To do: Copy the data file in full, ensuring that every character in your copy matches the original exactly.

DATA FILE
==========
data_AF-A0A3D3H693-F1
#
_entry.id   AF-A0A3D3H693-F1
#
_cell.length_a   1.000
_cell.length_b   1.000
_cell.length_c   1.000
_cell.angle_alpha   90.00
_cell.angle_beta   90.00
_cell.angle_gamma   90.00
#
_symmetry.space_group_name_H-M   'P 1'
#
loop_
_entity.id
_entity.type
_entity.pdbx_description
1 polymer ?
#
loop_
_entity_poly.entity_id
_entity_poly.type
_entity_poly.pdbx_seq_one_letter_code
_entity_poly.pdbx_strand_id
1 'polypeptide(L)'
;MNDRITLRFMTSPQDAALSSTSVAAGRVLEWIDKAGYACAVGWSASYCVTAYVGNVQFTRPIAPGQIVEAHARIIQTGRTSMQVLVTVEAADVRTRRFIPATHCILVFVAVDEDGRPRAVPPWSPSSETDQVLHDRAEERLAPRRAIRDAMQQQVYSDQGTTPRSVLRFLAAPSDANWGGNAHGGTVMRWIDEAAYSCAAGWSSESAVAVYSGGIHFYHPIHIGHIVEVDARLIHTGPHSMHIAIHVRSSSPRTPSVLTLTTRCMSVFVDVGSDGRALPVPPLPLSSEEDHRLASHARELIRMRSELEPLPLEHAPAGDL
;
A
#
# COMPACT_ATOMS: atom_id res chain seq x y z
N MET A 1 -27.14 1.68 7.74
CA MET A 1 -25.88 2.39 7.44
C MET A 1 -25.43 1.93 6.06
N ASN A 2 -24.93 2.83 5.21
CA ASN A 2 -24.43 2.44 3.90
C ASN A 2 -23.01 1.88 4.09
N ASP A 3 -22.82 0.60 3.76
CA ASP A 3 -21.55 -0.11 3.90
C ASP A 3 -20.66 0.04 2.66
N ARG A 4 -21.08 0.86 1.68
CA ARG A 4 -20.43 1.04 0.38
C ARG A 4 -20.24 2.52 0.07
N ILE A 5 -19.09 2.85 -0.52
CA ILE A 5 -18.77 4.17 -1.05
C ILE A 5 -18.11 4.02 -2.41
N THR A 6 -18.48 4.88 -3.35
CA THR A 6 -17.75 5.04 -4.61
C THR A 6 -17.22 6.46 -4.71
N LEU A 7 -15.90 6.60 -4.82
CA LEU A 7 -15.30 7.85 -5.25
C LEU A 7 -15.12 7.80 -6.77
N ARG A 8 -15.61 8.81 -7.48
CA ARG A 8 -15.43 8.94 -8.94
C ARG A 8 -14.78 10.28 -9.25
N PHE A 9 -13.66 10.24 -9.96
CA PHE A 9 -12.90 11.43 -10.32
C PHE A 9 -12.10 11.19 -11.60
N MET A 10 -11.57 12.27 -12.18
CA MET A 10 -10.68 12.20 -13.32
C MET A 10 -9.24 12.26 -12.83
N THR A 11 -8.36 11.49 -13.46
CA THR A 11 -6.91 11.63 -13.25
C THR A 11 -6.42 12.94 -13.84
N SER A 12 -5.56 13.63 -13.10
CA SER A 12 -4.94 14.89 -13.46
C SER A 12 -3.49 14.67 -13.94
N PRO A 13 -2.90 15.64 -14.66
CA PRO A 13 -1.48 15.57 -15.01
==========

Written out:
data_AF-A0A3D3H693-F1
#
_entry.id   AF-A0A3D3H693-F1
#
_cell.length_a   1.000
_cell.length_b   1.000
_cell.length_c   1.000
_cell.angle_alpha   90.00
_cell.angle_beta   90.00
_cell.angle_gamma   90.00
#
_symmetry.space_group_name_H-M   'P 1'
#
loop_
_entity.id
_entity.type
_entity.pdbx_description
1 polymer ?
#
loop_
_entity_poly.entity_id
_entity_poly.type
_entity_poly.pdbx_seq_one_letter_code
_entity_poly.pdbx_strand_id
1 'polypeptide(L)'
;MNDRITLRFMTSPQDAALSSTSVAAGRVLEWIDKAGYACAVGWSASYCVTAYVGNVQFTRPIAPGQIVEAHARIIQTGRTSMQVLVTVEAADVRTRRFIPATHCILVFVAVDEDGRPRAVPPWSPSSETDQVLHDRAEERLAPRRAIRDAMQQQVYSDQGTTPRSVLRFLAAPSDANWGGNAHGGTVMRWIDEAAYSCAAGWSSESAVAVYSGGIHFYHPIHIGHIVEVDARLIHTGPHSMHIAIHVRSSSPRTPSVLTLTTRCMSVFVDVGSDGRALPVPPLPLSSEEDHRLASHARELIRMRSELEPLPLEHAPAGDL
;
A
#
# COMPACT_ATOMS: atom_id res chain seq x y z
N MET A 1 -27.14 1.68 7.74
CA MET A 1 -25.88 2.39 7.44
C MET A 1 -25.43 1.93 6.06
N ASN A 2 -24.93 2.83 5.21
CA ASN A 2 -24.43 2.44 3.90
C ASN A 2 -23.01 1.88 4.09
N ASP A 3 -22.82 0.60 3.76
CA ASP A 3 -21.55 -0.11 3.90
C ASP A 3 -20.66 0.04 2.66
N ARG A 4 -21.08 0.86 1.68
CA ARG A 4 -20.43 1.04 0.38
C ARG A 4 -20.24 2.52 0.07
N ILE A 5 -19.09 2.85 -0.52
CA ILE A 5 -18.77 4.17 -1.05
C ILE A 5 -18.11 4.02 -2.41
N THR A 6 -18.48 4.88 -3.35
CA THR A 6 -17.75 5.04 -4.61
C THR A 6 -17.22 6.46 -4.71
N LEU A 7 -15.90 6.60 -4.82
CA LEU A 7 -15.30 7.85 -5.25
C LEU A 7 -15.12 7.80 -6.77
N ARG A 8 -15.61 8.81 -7.48
CA ARG A 8 -15.43 8.94 -8.94
C ARG A 8 -14.78 10.28 -9.25
N PHE A 9 -13.66 10.24 -9.96
CA PHE A 9 -12.90 11.43 -10.32
C PHE A 9 -12.10 11.19 -11.60
N MET A 10 -11.57 12.27 -12.18
CA MET A 10 -10.68 12.20 -13.32
C MET A 10 -9.24 12.26 -12.83
N THR A 11 -8.36 11.49 -13.46
CA THR A 11 -6.91 11.63 -13.25
C THR A 11 -6.42 12.94 -13.84
N SER A 12 -5.56 13.63 -13.10
CA SER A 12 -4.94 14.89 -13.46
C SER A 12 -3.49 14.67 -13.94
N PRO A 13 -2.90 15.64 -14.66
CA PRO A 13 -1.48 15.57 -15.01